May 11, 2011

Epstein: Executive Discretion on Steroids

Over at the Hoover Institution's journal, Defining Ideas, Prof. Epstein has an article that would be especially interesting for those preparing for their Administrative law exams.  Prof. Epstein explores the Obama Administration's rampant exercises of discretionary authority. 
One of my constant concerns with the Obama administration is that its vision of executive power means that it has not recognized the need to rein in its discretion. Quite the contrary, in a variety of areas it seems only too eager to use its discretion to maximum advantage, often to support its own political agenda.
This increased activity poses serious separation of powers concerns:
In dealing with the abuse of power, it is important to recall that each branch of government has its own defined responsibilities. On the legislative side, clear statutory commands should give fair notice to individuals, allowing them to conform their conduct to the dictates of the law. In the executive branch, the great challenge is to install managerial safeguards ensuring that the immense reservoir of discretion accorded to public officials is exercised in consistent and determinate ways. On the judicial front, it is critical to develop procedures that provide an individual with sufficient notice of charges, and an opportunity for a hearing before an impartial decision-maker prior to being subject to any criminal or civil sanctions.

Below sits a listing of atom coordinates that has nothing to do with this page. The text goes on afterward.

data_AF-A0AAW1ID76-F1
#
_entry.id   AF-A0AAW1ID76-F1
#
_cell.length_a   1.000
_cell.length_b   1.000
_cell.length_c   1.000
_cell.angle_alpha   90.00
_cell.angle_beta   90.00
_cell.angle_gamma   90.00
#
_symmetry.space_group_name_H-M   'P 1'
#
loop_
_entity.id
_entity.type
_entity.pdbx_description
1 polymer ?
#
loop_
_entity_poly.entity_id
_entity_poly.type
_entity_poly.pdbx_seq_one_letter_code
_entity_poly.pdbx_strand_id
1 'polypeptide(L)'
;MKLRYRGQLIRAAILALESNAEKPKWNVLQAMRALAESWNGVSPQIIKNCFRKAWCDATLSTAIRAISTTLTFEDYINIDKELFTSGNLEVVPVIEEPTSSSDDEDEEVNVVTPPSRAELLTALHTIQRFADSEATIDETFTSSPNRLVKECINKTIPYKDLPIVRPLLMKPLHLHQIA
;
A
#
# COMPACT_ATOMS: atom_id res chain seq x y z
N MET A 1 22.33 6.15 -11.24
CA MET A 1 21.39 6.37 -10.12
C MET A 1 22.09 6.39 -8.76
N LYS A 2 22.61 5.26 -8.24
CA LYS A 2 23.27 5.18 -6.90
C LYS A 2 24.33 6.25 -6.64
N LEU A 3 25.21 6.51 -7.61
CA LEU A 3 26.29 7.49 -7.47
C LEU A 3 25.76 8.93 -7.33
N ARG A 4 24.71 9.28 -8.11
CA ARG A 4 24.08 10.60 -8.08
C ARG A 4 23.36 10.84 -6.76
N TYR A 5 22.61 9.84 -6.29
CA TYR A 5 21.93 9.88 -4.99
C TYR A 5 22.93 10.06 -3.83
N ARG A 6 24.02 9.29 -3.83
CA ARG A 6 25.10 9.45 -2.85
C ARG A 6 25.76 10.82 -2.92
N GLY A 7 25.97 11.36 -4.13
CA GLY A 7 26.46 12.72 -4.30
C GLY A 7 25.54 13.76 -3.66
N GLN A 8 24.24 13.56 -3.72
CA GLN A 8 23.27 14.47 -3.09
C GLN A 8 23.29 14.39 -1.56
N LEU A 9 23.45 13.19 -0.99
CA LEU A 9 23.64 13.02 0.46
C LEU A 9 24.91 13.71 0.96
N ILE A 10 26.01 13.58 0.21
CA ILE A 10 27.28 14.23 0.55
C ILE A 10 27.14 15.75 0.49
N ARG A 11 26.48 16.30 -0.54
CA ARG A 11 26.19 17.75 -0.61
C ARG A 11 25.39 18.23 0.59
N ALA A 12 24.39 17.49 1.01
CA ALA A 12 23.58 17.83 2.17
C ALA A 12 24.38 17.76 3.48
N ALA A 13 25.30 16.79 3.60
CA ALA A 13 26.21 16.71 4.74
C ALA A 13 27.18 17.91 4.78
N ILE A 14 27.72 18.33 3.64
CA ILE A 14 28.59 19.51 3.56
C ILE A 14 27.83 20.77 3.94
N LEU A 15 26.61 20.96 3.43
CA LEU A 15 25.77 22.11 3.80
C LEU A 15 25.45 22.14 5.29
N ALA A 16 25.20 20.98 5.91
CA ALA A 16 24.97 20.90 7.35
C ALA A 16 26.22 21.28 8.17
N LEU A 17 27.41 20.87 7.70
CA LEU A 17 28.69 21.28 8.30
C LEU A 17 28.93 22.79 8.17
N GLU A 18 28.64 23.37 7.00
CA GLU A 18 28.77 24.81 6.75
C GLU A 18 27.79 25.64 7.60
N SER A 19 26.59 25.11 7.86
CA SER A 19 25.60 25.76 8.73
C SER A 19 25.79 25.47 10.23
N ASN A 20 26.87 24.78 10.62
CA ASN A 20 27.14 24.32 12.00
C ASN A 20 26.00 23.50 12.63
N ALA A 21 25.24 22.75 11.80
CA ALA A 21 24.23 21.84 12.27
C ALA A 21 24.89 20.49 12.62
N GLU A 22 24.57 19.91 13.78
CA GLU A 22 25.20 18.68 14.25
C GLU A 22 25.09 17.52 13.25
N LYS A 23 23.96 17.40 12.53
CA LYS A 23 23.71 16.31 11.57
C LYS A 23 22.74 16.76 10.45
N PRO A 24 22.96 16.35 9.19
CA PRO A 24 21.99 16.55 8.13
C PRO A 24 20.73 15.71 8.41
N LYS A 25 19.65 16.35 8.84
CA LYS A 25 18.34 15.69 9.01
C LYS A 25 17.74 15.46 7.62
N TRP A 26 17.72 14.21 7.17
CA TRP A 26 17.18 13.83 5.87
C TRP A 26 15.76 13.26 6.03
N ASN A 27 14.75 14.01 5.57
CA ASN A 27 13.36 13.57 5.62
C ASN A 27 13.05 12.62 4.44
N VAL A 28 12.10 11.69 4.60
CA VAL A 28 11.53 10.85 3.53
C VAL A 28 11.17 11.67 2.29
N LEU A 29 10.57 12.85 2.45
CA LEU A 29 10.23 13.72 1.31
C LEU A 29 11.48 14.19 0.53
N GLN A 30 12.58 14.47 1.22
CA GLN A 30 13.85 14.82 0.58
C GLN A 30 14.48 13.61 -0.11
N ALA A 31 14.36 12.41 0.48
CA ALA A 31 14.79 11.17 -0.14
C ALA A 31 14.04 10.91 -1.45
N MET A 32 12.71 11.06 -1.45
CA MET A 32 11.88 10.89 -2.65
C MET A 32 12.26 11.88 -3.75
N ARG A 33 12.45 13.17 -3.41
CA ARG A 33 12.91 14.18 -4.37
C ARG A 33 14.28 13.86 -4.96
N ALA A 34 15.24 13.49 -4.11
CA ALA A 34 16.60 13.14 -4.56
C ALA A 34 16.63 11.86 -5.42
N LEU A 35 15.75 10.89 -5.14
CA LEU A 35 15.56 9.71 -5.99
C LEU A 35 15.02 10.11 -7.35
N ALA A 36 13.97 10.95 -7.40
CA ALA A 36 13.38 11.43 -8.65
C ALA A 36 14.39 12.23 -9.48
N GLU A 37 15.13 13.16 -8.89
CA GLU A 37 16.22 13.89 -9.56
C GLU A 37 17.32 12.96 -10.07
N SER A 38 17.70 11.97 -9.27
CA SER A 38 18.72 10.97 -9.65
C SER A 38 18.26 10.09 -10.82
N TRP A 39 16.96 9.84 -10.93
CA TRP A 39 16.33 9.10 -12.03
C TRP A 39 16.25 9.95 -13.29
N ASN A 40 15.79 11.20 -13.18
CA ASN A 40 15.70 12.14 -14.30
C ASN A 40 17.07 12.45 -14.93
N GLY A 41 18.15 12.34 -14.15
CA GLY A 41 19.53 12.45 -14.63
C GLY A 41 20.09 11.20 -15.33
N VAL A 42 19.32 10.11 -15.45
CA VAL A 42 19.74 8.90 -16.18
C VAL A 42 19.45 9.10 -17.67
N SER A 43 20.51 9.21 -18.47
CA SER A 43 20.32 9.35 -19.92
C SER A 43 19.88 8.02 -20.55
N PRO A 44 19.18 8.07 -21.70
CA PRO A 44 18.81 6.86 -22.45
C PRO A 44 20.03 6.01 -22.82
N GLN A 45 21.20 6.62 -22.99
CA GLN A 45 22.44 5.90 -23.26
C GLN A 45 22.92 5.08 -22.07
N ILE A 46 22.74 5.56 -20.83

Prof. Epstein goes on to explore some examples of executive overreach: criminal prosecution of off-label drug use and mandatory campaign contribution disclosures by potential government contractors.  The section about off-label drug use will be especially interesting to those who took Prof. Epstein's class on FDA law in the Spring.

Executive Decision on Steroids: Beware of government actions aimed at "virtuous" ends

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